Soil Sommelier: Dolomitic Limestone

Minerality is a key signature of Marche’s best wines


In the Marche region of Jesi, where the Verdicchio dei Castelli di Jesi DOC is demarcated, the soil has undergone studies to see why its wines taste so different from the Verdicchio di Matelica DOC—a region only a few miles away. These DOCs use the same grapes to produce their DOC wines, and while the climate varies slightly thanks to the coastal breezes in Jesi, there is no huge fluctuation in temperature or altitude. 

What does differ is the soil. In the Verdicchio di Matelica DOC, calcareous clay dominates the vineyards, and it’s this that many oenologists believe gives Matelica wines their sharpness—a characteristic that often means they are better after being laid down for a year or two.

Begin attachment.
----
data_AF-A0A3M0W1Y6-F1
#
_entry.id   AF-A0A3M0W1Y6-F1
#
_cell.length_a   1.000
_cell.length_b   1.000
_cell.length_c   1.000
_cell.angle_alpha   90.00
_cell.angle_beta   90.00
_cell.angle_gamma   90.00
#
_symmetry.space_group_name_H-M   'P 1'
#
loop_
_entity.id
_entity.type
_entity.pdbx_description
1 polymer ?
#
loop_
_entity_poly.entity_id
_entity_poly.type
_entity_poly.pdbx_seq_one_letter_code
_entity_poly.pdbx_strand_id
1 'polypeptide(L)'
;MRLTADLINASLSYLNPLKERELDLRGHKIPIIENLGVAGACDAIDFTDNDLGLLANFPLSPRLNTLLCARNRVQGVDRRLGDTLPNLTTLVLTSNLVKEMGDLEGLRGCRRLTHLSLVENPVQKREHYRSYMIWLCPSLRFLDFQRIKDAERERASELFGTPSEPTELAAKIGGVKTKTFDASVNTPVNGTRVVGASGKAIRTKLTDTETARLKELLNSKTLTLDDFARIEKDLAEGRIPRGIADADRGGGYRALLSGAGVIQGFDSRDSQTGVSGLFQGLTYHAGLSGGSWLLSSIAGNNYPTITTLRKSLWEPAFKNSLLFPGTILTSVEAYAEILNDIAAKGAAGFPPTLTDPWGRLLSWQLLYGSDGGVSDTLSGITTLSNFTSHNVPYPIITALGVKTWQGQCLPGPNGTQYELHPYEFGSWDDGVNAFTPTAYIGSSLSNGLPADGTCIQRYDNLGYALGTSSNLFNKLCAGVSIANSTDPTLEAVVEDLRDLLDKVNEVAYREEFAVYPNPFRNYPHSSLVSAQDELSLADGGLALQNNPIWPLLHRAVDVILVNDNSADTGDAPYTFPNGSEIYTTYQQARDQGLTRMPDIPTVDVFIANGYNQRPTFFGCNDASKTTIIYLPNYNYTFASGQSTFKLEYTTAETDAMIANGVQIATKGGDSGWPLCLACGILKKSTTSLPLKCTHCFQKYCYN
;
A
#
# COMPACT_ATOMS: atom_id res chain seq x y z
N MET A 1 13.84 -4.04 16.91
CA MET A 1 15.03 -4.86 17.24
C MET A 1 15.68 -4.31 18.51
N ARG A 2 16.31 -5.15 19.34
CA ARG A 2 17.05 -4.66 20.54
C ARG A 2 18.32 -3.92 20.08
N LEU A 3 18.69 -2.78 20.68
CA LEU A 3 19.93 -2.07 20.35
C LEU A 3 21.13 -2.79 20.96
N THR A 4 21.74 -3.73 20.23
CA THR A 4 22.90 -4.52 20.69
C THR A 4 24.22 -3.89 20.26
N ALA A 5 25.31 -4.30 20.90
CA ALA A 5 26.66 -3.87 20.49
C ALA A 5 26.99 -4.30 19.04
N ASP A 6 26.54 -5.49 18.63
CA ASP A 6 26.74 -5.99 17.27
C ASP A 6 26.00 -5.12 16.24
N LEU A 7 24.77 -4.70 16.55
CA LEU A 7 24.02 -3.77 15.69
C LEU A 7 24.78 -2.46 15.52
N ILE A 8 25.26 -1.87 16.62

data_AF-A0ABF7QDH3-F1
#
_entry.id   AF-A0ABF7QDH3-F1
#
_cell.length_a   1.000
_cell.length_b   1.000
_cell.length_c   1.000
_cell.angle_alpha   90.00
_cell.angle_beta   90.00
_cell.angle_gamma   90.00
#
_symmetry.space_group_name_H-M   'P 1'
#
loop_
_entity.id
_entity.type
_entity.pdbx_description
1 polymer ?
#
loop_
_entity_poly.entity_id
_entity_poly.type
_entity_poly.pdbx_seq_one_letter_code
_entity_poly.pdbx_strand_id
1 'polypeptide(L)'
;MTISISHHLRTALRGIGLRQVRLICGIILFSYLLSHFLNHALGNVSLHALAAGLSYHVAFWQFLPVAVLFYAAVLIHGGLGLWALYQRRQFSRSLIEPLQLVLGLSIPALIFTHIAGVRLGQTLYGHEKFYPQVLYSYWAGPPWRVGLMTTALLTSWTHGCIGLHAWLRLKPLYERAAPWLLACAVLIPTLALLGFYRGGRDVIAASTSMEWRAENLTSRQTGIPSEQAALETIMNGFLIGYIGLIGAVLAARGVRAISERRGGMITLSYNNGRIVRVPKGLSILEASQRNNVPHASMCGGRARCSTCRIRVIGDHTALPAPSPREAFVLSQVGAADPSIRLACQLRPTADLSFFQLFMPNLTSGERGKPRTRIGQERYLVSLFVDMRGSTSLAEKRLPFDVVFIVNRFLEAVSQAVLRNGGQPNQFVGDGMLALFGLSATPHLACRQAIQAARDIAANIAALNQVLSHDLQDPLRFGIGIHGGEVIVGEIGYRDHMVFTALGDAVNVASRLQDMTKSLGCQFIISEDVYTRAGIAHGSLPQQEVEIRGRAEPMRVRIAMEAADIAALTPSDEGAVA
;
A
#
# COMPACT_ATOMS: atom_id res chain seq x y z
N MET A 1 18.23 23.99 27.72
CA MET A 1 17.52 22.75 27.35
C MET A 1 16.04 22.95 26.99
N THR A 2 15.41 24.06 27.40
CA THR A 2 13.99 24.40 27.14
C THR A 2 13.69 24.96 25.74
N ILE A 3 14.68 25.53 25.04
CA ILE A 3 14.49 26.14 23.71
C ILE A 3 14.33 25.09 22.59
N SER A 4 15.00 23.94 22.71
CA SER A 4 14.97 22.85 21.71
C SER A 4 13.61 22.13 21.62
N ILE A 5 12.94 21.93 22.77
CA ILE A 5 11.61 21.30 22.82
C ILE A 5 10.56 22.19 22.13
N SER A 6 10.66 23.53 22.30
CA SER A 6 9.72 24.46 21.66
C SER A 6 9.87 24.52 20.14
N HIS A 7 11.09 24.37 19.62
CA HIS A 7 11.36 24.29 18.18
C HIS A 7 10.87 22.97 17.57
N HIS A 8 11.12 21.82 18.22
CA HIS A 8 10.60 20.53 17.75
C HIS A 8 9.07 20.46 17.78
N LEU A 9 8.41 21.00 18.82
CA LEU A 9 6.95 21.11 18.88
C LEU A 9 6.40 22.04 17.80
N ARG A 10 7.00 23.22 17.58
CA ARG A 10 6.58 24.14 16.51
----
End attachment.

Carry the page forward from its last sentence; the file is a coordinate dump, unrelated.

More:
In contrast, Jesi wines are rounded and smooth, and ready for drinking within just a few months. As well as the dry maritime climate, what makes these wines so special is the dolomite within the soil, known in geological terms as Dolomitic Limestone. This special compound limestone contains high amounts of calcium and magnesium, and is often used as a supplement by gardeners to reduce soil acidity and add beneficial nutrients for crops such as tomatoes.

“While the DOCs of Jesi and Matelica are in close proximity, they have certain distinct soil characteristics that strongly impact potential soil-grapevine interactions,” states terroir and soil scientist and viticulturist Megan Barlow, in her thesis Soil-grapevine Interactions: Insight from Verdicchio in the Marche Wine Region, Italy.

“Overall,” she concludes, “I speculate that this difference in grapevine stem amino acid synthesis is attributed to soil mineralogy, specifically dolomite in Jesi soils.”

A big conclusion considering most scientists are unwilling to claim that minerality even exists within wine. In the Verdicchio regions, at least, it seems tasting—and rigorous testing—is believing.

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